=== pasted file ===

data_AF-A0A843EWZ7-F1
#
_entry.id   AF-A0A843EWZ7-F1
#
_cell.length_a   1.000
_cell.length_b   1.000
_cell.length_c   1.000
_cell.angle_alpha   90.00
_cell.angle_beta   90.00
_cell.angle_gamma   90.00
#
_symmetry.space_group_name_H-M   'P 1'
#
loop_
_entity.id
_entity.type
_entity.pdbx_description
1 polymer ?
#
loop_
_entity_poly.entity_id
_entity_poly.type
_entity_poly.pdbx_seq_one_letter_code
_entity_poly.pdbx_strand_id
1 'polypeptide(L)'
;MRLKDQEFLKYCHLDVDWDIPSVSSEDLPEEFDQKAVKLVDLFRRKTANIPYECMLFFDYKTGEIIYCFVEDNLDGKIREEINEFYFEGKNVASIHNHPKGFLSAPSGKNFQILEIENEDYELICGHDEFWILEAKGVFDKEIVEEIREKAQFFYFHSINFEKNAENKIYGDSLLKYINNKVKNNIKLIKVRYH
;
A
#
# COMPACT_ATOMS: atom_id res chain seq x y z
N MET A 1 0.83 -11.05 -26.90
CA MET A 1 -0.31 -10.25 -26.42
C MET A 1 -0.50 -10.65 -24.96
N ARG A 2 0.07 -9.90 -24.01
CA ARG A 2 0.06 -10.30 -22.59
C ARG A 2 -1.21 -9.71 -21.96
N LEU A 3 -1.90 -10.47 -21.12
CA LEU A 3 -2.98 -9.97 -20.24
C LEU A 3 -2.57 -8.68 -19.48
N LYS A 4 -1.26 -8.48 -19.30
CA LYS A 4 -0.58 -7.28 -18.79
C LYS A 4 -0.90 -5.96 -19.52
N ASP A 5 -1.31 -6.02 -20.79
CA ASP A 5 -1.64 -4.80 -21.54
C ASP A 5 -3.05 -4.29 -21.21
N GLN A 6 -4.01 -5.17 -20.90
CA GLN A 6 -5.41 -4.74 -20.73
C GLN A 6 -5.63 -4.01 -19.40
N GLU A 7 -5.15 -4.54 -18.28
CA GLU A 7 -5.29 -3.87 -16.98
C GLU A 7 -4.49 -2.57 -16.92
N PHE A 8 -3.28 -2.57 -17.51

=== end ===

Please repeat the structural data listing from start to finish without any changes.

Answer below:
data_AF-A0A843EWZ7-F1
#
_entry.id   AF-A0A843EWZ7-F1
#
_cell.length_a   1.000
_cell.length_b   1.000
_cell.length_c   1.000
_cell.angle_alpha   90.00
_cell.angle_beta   90.00
_cell.angle_gamma   90.00
#
_symmetry.space_group_name_H-M   'P 1'
#
loop_
_entity.id
_entity.type
_entity.pdbx_description
1 polymer ?
#
loop_
_entity_poly.entity_id
_entity_poly.type
_entity_poly.pdbx_seq_one_letter_code
_entity_poly.pdbx_strand_id
1 'polypeptide(L)'
;MRLKDQEFLKYCHLDVDWDIPSVSSEDLPEEFDQKAVKLVDLFRRKTANIPYECMLFFDYKTGEIIYCFVEDNLDGKIREEINEFYFEGKNVASIHNHPKGFLSAPSGKNFQILEIENEDYELICGHDEFWILEAKGVFDKEIVEEIREKAQFFYFHSINFEKNAENKIYGDSLLKYINNKVKNNIKLIKVRYH
;
A
#
# COMPACT_ATOMS: atom_id res chain seq x y z
N MET A 1 0.83 -11.05 -26.90
CA MET A 1 -0.31 -10.25 -26.42
C MET A 1 -0.50 -10.65 -24.96
N ARG A 2 0.07 -9.90 -24.01
CA ARG A 2 0.06 -10.30 -22.59
C ARG A 2 -1.21 -9.71 -21.96
N LEU A 3 -1.90 -10.47 -21.12
CA LEU A 3 -2.98 -9.97 -20.24
C LEU A 3 -2.57 -8.68 -19.48
N LYS A 4 -1.26 -8.48 -19.30
CA LYS A 4 -0.58 -7.28 -18.79
C LYS A 4 -0.90 -5.96 -19.52
N ASP A 5 -1.31 -6.02 -20.79
CA ASP A 5 -1.64 -4.80 -21.54
C ASP A 5 -3.05 -4.29 -21.21
N GLN A 6 -4.01 -5.17 -20.90
CA GLN A 6 -5.41 -4.74 -20.73
C GLN A 6 -5.63 -4.01 -19.40
N GLU A 7 -5.15 -4.54 -18.28
CA GLU A 7 -5.29 -3.87 -16.98
C GLU A 7 -4.49 -2.57 -16.92
N PHE A 8 -3.28 -2.57 -17.51